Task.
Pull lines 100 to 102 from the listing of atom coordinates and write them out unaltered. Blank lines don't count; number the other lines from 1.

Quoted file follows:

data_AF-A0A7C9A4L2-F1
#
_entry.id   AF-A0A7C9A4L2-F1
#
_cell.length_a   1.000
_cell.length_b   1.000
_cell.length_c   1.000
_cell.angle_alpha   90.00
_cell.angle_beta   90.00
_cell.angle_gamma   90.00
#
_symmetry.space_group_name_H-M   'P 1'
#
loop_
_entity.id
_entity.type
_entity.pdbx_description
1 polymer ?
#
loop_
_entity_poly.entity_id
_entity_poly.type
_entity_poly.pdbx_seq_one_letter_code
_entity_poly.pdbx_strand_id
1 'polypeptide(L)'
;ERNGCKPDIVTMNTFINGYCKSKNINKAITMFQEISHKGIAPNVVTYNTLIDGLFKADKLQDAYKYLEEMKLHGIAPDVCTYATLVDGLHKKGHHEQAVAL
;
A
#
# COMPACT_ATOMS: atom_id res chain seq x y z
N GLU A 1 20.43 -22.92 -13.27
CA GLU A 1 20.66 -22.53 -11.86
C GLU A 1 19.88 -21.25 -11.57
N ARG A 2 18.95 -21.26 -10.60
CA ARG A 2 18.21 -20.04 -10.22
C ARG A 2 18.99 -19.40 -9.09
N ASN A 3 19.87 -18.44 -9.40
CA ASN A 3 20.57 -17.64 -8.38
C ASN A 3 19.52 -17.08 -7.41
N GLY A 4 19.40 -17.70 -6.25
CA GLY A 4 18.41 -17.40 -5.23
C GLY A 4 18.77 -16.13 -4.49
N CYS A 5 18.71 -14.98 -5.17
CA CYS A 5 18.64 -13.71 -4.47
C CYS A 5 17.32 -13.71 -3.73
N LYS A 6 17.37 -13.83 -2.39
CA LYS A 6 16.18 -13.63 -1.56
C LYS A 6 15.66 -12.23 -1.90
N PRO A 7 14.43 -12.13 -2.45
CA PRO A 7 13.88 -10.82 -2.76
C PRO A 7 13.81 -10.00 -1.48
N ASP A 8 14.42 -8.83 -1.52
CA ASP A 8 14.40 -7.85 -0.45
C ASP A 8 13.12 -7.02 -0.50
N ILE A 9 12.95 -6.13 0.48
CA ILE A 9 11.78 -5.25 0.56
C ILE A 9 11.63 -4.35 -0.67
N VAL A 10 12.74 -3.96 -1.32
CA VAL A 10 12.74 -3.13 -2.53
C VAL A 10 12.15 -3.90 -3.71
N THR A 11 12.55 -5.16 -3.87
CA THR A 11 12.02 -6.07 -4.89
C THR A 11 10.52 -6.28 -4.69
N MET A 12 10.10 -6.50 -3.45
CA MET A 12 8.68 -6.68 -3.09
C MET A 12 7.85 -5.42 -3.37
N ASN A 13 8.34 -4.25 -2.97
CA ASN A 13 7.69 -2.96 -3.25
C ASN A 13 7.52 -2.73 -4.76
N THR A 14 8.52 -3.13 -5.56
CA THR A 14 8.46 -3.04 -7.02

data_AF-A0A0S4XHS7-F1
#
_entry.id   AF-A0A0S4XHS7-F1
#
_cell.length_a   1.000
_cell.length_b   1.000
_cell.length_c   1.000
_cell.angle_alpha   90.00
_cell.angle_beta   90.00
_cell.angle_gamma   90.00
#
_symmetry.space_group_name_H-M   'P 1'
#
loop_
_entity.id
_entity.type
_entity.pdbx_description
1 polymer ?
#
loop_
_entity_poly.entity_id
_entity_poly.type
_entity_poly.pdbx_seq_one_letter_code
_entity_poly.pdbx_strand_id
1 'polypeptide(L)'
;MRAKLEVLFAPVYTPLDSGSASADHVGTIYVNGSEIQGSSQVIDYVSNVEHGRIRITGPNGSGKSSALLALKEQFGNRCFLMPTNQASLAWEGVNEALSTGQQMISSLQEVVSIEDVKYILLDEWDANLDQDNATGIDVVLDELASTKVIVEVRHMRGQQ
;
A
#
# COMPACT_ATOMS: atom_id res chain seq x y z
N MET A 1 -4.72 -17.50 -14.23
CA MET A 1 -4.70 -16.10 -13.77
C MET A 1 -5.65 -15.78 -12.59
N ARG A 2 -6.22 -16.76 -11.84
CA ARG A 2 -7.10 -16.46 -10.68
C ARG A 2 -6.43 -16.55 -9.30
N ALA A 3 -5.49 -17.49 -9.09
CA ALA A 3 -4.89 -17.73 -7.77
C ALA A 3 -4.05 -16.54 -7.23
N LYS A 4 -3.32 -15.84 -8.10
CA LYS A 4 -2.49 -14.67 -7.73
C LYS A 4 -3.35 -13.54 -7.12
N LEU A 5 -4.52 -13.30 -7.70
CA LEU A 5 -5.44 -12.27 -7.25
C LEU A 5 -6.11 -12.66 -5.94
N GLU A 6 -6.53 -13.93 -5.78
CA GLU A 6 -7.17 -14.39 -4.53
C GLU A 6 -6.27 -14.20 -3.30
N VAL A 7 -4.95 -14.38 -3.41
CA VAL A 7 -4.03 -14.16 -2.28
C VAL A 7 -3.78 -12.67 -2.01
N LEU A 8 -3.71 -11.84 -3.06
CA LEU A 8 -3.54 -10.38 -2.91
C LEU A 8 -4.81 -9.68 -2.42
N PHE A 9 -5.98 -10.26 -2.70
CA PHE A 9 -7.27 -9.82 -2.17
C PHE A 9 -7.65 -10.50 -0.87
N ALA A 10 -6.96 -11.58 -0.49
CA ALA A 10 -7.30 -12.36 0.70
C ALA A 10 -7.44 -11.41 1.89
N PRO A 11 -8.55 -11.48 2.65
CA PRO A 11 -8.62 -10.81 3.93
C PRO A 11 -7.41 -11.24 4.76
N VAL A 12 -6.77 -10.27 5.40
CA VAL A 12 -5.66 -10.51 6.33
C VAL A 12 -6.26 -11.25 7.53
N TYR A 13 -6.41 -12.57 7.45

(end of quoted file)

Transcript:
#
# COMPACT_ATOMS: atom_id res chain seq x y z
N MET A 1 -4.72 -17.50 -14.23